Standing Together

April-June 2022
By Tia Wheeler, UFAD Boston Member

Standing Together by Tia Wheeler

When I started working on the cover image for this issue, I already knew the direction that I wanted to take in regards to how the picture should be drawn. In order to do this, I decided to utilize two contrasting art styles and aesthetics to describe some of the injustices that come about in the midst of privatization and, ultimately, gentrification. I chose a simplified variation of the steampunk (known for its retro-futuristic aesthetics and steam technology) and synthwave (known for wireframe landscapes and mostly utilized in the Tron movies and video games) styles as a way of visually depicting the changes. As a result, I created two drafts that captured a moment in the privatization of a fictional neighborhood called “Gear Town”. The first picture depicted a young man looking over his neighborhood from a skywalk with a luggage bag next to him. Construction equipment and futuristic buildings surrounded the neglected and dilapidated buildings with gears and pipes running through them. While this would usually be touted as a good thing, the young man has been displaced by the process and has resigned himself to just accept the situation that he’s been dealt.

Unfortunately, it isn’t too difficult to see our hero’s resignation (coupled with his feelings of powerlessness and hopelessness) in the lives of those who are in a position of socio-economic disadvantage in most given situations, particularly here in the United States of America. This is something that has historically been consistent since the formation of this country: the most power, representation, and voice is usually reserved for individuals and entities in possession of large amounts of wealth and what remains is distributed among those within their favor, while the “common people,” those who have lower incomes such as the working class and the poor, are left at the mercy of their whims and biases. At the end of the day, the wealthy will continue amassing wealth while the regular person winds up penniless and in the streets, so the sentiment can become, as I quote a rather eccentric family friend, “you can’t fight City Hall”.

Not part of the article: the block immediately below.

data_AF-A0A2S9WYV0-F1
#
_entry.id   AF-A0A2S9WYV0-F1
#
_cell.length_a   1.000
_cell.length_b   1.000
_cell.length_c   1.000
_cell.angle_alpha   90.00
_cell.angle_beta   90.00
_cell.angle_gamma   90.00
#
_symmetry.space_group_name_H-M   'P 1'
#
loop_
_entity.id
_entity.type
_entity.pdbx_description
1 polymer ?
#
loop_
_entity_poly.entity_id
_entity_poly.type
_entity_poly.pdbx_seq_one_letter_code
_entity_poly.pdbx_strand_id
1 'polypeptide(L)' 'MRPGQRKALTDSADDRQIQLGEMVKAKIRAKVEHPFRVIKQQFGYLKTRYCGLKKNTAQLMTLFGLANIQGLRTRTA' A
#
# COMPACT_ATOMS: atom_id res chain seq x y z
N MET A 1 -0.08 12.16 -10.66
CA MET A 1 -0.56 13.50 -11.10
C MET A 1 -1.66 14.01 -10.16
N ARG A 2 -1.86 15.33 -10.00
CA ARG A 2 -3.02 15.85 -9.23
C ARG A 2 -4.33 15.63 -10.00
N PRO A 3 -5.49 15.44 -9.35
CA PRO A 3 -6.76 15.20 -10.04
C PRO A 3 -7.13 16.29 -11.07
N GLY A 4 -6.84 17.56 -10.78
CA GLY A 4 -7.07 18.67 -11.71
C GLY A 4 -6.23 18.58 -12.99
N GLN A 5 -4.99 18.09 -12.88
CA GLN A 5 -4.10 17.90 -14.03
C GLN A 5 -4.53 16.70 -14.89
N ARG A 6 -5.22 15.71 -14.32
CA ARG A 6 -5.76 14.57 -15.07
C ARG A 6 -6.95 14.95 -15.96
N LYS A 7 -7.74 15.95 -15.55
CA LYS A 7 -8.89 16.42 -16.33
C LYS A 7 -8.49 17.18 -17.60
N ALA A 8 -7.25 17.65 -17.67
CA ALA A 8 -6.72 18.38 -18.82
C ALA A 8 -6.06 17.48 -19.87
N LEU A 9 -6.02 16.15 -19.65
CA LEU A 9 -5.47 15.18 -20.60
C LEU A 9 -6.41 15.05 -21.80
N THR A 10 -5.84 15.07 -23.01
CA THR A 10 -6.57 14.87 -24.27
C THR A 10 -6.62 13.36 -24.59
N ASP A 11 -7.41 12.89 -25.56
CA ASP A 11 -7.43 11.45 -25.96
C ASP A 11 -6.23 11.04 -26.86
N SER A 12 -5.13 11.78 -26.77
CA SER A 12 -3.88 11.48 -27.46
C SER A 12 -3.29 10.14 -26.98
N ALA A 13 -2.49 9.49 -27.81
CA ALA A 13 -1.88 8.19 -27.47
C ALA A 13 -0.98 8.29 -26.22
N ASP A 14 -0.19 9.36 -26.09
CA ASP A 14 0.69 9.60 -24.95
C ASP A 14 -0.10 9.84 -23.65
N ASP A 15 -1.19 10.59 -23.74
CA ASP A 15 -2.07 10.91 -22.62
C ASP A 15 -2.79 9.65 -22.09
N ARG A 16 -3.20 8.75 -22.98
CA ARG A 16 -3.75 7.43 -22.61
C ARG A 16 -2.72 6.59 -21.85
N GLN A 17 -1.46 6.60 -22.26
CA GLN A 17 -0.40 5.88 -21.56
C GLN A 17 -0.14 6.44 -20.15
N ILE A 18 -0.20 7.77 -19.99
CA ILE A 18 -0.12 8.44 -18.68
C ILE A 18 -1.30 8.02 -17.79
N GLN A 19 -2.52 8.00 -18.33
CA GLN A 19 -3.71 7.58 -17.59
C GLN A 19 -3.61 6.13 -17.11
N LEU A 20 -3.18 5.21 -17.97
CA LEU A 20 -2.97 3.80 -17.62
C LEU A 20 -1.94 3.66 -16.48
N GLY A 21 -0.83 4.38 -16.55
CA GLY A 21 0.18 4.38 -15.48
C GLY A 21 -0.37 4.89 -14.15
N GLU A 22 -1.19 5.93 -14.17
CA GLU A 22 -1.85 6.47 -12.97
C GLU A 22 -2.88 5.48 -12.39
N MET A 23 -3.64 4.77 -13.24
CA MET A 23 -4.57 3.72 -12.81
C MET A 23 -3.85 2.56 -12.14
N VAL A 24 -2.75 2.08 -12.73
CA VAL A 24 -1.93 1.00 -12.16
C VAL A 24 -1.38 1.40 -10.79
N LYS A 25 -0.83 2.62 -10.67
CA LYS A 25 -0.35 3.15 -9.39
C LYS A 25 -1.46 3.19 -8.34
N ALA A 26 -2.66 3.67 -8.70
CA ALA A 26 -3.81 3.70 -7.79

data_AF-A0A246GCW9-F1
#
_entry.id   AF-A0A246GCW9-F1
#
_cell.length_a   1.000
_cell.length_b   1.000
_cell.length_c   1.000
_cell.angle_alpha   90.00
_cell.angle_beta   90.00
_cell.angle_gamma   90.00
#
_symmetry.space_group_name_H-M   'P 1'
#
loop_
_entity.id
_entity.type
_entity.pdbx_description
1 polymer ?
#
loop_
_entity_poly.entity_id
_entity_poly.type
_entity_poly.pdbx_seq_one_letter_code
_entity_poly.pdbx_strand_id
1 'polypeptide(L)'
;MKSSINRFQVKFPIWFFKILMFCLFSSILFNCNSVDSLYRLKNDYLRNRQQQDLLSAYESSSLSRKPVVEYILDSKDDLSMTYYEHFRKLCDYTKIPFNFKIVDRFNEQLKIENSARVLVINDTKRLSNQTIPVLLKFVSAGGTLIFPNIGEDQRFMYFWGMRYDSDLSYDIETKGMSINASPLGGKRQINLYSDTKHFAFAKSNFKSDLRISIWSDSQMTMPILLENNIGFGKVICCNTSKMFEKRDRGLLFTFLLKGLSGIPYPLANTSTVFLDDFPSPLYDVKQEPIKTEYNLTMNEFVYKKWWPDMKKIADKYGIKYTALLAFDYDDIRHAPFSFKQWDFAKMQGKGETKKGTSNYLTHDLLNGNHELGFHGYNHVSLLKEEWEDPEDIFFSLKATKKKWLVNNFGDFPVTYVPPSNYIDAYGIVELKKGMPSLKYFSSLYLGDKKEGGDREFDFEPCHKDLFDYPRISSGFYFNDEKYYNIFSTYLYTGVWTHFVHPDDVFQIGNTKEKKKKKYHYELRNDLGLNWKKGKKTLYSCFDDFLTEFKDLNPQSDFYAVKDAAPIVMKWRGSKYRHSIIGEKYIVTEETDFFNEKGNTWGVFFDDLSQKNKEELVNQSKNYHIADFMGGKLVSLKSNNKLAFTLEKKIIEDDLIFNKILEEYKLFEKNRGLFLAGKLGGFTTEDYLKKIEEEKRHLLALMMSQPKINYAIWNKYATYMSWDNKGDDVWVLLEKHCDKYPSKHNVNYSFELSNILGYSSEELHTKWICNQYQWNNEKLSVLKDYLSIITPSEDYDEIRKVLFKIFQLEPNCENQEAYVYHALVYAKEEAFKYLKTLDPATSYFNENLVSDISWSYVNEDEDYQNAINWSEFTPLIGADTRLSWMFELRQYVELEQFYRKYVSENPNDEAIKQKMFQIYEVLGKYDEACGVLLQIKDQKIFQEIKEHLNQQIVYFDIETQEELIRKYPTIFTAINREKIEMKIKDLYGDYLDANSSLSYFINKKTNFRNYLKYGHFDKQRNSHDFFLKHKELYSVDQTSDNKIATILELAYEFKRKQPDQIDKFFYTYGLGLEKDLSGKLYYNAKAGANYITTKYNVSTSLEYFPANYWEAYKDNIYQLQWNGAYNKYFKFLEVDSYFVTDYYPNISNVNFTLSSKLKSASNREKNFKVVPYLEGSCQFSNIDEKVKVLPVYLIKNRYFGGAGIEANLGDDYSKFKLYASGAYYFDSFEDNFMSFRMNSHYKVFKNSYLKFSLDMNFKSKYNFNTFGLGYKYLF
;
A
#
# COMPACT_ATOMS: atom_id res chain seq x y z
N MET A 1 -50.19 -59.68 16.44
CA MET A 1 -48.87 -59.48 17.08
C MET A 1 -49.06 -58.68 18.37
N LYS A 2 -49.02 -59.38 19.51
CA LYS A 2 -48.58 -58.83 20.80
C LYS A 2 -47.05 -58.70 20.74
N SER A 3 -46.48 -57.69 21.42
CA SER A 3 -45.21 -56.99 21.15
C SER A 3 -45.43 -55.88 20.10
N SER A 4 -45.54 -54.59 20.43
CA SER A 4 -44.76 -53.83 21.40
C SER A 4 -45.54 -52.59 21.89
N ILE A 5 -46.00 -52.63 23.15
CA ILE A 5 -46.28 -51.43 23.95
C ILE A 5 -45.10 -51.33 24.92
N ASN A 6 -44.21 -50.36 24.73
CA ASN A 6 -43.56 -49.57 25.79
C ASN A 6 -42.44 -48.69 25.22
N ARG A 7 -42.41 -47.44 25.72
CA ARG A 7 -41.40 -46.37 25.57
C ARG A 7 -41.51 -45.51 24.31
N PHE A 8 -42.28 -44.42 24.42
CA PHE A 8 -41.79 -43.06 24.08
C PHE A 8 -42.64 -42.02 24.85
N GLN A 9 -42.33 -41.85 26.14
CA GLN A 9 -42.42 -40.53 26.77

The second picture, as you can see on the cover, takes on a completely different outlook in which the setting is actually in the streets of Gear Town and its residents are actively protesting the take-over and demolition of their homes. Many of the signs and posters are calling out the greed of the developers and banks that only see these properties as investments as well as the intentionally incompetent politicians on both sides who serve these entities and offer empty platitudes to the affected residents. Although it still carries the implications that the system is unfairly rigged in favor of those who have power, the people of the community are not simply accepting it. Regardless of the location or time, history has shown us time after time that real systematic change (no matter how large or small) can only be brought about when those who have been treated unfairly by those in power stand up and push back against them. Like the young man in the top hat, we should reach out to those who like our displaced hero who may not see that there is an alternative to the despair that they are being forced to live in, and encourage them to join the struggle.

While the final picture does not depict a glorious victory for the residents of Gear Town in which the playing field is finally evened out and everyone’s rights are respected regardless of their lack of wealth, standing up and taking action is a step that must be taken by them (and us) if we want to see a world in which all people are truly respected and treated fairly.

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